A recent study (summarized here) concludes that the biggest contributors to our ecological footprint are population size and consumption.
The ecological footprint is a rough and somewhat abstract measurement of the impact humans individually and collectively have on Earth. It is, as defined in the aforementioned article, "a quantitative measurement of the stress placed on the environment by demands for available lands and resources to meet the need for food, housing, transportation, consumer goods and services." There is strong evidence that we are currently overstressing the planet by leaving an ecological footprint that is larger than the productive area of the poor overworked planet.
The study is rather optimistic, suggesting, for example, that it is within the realm of possibility that we will reach the Millineum Development Goals of the UN. I won't pretend to know what that means. But I will suggest that this news should not encourage us to sink comfortably into our SVUs and go about our Sunday shopping. Right now the U.S. has a footprint of 1.4, that is, 1.4 times the sustainable level. It is the country with the largest footprint, and though the study's authors do not expect that to be true in 2015, this is not because the U.S. is expected to dramatically reduce its footprint by then. Rather, China and India are expected to outpace the U.S., and to help bring our global footprint to 1.6. This is depressing. Even bringing our global footprint down to 1 means we would be using exactly the land and resources our environment can sustain. Meanwhile, the population grows and global warming reduces the amount of land we have to live on.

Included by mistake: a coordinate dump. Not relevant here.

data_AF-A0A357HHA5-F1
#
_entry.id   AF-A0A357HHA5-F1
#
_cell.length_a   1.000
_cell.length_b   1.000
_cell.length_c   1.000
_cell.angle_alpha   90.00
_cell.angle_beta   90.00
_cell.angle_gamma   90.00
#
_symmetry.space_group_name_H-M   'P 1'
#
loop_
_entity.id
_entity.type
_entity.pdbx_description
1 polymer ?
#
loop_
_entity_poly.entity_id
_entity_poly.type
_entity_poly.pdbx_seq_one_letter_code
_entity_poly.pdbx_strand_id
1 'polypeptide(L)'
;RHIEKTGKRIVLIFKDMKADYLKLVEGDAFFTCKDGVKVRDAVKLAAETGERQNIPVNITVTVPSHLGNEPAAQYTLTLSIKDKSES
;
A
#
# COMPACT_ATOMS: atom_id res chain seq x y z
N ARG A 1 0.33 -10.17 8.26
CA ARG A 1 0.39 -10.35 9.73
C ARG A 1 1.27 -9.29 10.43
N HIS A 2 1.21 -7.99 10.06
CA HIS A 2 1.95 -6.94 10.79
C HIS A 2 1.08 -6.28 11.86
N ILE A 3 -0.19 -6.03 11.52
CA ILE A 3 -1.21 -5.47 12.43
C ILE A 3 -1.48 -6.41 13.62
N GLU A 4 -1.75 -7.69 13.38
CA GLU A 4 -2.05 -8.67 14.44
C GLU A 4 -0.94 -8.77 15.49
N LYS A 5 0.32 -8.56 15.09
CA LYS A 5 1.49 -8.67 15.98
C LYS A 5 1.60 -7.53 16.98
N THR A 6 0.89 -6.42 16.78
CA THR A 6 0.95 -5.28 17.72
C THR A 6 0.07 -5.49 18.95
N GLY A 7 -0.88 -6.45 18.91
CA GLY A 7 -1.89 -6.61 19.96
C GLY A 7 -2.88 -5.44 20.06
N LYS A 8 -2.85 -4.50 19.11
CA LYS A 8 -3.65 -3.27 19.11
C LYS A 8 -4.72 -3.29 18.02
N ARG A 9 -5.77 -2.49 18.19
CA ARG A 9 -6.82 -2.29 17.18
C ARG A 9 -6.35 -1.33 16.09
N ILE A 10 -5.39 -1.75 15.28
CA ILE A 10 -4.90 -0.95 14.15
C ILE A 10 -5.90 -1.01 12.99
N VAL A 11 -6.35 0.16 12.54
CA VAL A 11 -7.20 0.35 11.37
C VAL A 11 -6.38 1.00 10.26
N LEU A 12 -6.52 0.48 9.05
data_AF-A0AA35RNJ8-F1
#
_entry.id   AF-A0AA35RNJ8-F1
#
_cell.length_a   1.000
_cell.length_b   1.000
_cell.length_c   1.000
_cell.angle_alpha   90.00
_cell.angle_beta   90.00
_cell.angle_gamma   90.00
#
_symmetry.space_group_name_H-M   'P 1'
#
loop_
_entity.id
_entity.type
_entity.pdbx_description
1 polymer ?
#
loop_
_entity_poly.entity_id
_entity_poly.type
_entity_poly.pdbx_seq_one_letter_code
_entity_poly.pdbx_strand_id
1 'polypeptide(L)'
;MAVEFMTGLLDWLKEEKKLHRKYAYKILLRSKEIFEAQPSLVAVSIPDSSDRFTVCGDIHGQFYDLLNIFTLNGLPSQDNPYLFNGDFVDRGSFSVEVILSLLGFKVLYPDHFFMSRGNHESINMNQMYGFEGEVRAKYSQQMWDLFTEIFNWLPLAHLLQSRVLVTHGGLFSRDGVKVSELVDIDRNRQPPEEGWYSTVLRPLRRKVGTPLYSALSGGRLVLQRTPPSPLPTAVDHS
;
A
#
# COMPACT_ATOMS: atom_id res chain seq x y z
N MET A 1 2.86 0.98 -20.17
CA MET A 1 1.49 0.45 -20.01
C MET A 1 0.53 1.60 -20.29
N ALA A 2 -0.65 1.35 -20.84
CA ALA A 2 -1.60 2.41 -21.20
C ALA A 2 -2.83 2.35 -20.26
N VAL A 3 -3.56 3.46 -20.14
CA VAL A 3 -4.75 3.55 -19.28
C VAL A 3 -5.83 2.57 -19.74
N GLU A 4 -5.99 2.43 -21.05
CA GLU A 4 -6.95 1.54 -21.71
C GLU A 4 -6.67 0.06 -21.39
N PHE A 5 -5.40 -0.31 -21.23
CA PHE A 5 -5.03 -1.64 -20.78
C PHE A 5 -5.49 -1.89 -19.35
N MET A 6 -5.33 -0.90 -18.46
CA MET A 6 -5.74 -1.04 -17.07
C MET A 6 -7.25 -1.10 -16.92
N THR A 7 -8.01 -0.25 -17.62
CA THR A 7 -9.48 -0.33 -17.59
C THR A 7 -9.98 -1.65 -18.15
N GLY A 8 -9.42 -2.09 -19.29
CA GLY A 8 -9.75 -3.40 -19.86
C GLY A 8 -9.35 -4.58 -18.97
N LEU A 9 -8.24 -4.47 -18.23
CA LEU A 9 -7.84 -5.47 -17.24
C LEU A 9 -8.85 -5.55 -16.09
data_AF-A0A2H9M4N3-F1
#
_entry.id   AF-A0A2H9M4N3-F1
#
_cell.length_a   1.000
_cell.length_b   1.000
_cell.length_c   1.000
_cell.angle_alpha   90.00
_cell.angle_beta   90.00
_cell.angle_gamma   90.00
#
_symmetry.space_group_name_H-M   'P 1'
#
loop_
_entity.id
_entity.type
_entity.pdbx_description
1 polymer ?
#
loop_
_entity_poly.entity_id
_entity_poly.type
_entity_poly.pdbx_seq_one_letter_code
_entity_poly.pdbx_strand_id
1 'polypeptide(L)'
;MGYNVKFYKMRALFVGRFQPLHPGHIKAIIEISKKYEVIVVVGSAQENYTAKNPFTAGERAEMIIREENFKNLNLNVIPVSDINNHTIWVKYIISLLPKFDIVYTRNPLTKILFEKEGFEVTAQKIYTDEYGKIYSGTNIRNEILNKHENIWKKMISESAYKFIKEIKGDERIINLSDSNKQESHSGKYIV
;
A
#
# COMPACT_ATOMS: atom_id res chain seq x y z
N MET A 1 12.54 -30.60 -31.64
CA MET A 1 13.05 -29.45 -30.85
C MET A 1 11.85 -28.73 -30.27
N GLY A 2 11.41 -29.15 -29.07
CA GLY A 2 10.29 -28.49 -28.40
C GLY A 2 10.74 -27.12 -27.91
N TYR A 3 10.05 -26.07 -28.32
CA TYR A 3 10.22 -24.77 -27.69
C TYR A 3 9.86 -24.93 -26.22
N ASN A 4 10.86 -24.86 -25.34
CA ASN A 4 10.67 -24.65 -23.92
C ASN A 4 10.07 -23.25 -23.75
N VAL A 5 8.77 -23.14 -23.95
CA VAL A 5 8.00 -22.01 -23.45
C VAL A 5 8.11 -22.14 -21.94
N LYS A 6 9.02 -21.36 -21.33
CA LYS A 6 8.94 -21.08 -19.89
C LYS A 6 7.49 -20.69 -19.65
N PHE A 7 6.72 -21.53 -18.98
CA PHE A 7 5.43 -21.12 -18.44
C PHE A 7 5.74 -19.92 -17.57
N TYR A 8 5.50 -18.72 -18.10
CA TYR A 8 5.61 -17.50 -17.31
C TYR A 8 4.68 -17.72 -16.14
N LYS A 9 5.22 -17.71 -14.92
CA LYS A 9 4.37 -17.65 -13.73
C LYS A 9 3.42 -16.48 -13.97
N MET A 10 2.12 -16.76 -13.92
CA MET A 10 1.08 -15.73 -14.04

I am, however, encouraged by one aspect of the study: the two most significant contributors to our downward-spiraling global environmental dilemma are the two things we can each easily contribute less to on an individual level, by simply reducing our daily consumption and limiting our procreation.